"Leveraging Seagate's 10 years of experience understanding the requirements of the video market, we've combined our knowledge on heat, acoustics and power to deliver what we believe to be the most reliable DVR drive in the world," said Scott Horn, Seagate vice president of marketing. "Our commitment to deliver a drive with unrivaled reliability ensures the safekeeping of consumers' content as well as keeping DVRs, STBs, and surveillance systems in the field longer."
The day is finally here, when Seagate enter the solid state drive arena, in a big way. Seagate have just announced their first client SSD and their next-generation enterprise SSD's.
The first SSD is the Seagate 600 SSD, which includes the usual SATA 6Gbps standard. The Seagate 600 SSD is available in multiple z-heights which includes an industry-first, diminutive 5mm-high drive which makes it perfect for ultra-slim devices. The Seagate 600 SSD is available at up to 480GB.
The second SSD in Seagate's announcement is the Seagate 600 Pro SSD is a low-power server and storage solution, perfect for cloud system builders, hyperscale datacenters, cloud service providers, content delivery networks, and virtualized environments. The Seagate 600 Pro SSD features the industry's highest IOPS/watt to improve system performance, as well as reduce power consumption.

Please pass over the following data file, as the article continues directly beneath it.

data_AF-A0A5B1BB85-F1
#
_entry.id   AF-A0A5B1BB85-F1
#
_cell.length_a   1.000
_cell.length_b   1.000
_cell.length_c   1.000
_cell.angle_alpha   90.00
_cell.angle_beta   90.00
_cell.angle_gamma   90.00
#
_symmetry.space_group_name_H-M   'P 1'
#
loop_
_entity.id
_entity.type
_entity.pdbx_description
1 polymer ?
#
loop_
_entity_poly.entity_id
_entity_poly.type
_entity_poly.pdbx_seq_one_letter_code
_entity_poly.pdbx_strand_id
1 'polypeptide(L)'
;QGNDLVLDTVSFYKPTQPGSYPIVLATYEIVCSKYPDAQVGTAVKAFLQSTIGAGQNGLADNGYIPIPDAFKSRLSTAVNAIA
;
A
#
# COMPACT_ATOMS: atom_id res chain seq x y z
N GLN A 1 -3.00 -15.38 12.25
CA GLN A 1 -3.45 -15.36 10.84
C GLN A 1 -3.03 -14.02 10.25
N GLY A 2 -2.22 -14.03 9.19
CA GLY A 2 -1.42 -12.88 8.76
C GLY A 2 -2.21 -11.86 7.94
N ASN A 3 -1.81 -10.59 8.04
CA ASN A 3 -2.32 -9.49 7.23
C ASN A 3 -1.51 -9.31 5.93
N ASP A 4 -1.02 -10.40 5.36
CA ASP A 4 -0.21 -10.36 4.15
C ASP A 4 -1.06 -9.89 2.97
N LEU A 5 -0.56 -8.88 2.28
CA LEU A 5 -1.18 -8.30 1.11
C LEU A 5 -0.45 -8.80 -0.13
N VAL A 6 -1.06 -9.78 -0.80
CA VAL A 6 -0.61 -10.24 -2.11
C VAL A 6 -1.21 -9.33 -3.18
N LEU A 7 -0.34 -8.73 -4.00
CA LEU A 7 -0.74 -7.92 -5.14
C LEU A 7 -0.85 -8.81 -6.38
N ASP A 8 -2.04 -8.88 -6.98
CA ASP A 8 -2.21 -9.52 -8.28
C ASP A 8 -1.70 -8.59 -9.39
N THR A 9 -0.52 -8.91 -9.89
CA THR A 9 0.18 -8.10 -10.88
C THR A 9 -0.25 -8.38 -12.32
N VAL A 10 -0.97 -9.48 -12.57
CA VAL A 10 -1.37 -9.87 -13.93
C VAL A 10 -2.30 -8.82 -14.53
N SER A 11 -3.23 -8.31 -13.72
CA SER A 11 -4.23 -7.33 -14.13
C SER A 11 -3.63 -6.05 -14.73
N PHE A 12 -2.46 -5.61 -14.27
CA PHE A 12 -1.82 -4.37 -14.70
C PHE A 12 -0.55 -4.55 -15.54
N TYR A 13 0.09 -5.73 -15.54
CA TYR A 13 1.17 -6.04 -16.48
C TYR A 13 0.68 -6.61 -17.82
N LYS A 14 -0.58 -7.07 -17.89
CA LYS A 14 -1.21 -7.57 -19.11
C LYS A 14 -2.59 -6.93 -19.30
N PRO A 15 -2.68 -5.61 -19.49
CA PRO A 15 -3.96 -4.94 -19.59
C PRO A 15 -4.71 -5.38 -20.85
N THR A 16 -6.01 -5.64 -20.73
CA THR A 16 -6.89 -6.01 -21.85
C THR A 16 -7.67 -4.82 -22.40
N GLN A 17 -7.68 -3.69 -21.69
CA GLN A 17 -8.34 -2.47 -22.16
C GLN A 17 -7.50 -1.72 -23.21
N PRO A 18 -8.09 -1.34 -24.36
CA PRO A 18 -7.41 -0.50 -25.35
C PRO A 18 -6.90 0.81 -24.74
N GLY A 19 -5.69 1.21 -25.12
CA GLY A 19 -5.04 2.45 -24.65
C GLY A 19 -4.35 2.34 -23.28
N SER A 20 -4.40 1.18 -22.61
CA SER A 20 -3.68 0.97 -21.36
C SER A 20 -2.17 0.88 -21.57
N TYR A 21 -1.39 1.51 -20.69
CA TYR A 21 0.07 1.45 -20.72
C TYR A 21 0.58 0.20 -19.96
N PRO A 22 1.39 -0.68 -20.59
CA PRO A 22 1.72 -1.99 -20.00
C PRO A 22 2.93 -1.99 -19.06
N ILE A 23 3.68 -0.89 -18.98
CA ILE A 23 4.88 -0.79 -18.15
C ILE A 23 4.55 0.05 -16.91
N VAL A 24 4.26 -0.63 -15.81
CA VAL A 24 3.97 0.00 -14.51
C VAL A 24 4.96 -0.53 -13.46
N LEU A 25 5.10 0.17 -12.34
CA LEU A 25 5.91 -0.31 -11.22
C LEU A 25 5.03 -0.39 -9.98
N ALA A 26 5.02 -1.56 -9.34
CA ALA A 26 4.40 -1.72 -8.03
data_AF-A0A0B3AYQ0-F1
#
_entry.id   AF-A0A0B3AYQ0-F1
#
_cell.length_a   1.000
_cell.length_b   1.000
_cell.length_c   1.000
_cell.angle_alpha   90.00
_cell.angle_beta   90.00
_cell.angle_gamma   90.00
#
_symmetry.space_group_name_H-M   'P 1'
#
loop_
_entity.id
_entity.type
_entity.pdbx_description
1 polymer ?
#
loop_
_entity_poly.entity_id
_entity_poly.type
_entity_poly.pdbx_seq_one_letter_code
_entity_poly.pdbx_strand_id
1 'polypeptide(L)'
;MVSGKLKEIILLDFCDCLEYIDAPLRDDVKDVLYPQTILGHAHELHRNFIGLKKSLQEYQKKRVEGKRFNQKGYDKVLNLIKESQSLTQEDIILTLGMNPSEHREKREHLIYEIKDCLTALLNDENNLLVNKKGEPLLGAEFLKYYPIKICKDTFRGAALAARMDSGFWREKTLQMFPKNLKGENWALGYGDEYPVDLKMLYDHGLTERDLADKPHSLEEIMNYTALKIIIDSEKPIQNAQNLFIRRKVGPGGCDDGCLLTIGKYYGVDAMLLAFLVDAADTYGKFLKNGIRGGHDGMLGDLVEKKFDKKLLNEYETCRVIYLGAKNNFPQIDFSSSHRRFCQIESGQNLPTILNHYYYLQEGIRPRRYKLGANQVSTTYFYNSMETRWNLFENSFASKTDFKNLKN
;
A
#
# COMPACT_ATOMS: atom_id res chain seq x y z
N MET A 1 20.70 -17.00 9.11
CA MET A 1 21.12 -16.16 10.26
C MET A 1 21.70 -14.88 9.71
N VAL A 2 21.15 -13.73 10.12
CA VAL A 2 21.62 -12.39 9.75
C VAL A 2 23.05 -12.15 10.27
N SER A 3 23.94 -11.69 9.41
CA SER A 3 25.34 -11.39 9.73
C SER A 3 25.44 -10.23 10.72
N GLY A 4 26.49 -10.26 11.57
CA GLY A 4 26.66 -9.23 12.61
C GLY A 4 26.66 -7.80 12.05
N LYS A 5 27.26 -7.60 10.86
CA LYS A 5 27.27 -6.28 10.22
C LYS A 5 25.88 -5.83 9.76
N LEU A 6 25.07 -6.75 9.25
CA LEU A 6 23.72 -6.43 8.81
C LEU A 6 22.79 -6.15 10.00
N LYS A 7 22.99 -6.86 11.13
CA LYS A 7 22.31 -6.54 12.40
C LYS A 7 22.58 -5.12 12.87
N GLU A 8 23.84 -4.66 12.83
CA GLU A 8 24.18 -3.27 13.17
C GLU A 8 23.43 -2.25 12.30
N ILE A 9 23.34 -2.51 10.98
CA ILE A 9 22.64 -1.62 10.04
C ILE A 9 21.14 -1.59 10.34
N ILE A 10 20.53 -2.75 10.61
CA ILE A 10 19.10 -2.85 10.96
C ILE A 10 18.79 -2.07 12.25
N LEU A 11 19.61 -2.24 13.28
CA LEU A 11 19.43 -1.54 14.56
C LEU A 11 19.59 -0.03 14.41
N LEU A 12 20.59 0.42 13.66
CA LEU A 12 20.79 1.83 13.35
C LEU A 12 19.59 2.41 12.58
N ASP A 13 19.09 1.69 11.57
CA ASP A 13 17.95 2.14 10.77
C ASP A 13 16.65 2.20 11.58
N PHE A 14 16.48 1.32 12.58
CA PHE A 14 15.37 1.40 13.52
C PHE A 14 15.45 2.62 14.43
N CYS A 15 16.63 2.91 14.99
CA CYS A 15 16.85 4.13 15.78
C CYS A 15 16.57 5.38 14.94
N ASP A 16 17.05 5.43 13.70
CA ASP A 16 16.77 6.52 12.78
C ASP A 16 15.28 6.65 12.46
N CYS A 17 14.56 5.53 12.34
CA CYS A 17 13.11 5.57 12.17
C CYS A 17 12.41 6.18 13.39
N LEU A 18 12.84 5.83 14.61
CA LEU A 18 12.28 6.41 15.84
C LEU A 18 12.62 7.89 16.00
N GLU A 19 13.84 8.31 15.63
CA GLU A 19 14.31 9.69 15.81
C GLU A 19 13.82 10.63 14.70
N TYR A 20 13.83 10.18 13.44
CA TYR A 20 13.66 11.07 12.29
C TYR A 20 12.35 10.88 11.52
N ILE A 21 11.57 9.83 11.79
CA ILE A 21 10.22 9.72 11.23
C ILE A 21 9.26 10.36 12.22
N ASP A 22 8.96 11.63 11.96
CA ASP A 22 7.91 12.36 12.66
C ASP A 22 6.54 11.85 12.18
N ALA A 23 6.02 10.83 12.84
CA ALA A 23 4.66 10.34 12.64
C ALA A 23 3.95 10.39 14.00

The Seagate 600 Pro SSD uses 2.8w of power in typical use, and can reduce energy consumption by automatically adjusting the power consumption to workload I/O levels, using less power for lighter workloads. The Seagate 600 Pro SSD is available at up to 480GB, on the SATA 6Gbps standard.
Earlier this morning Buffalo announced the release of its DriveStation DDR, a new step forward in the external USB hard drive market. The DriveStation DDR is a USB 3.0 external drive that features a massive 1GB of DDR3 RAM cache for faster transfer speeds.
Buffalo says that the DriveStation DDR is capable of transfer speeds up to 408MB/s, which is 2.3x faster than the average USB 3.0 transfer speed. The DriveStation was first unveiled at CES 2013 and was shown off in a sleek black finish. The drive includes Buffalo's Backup Utility, EcoManager, SecureLock for drive encryption, and RAMDISK which creates a RAM disk on Windows based PC's.
Hajime Nakai, chief executive officer at Buffalo Technology, said:
"Buffalo has developed the perfect solution for consumers that demand fast storage performance, but don't want to sacrifice drive capacity. We designed and built the DriveStation DDR to deliver the performance of an SSD coupled with up to three terabytes of storage, giving consumers the best of both technologies at an affordable price."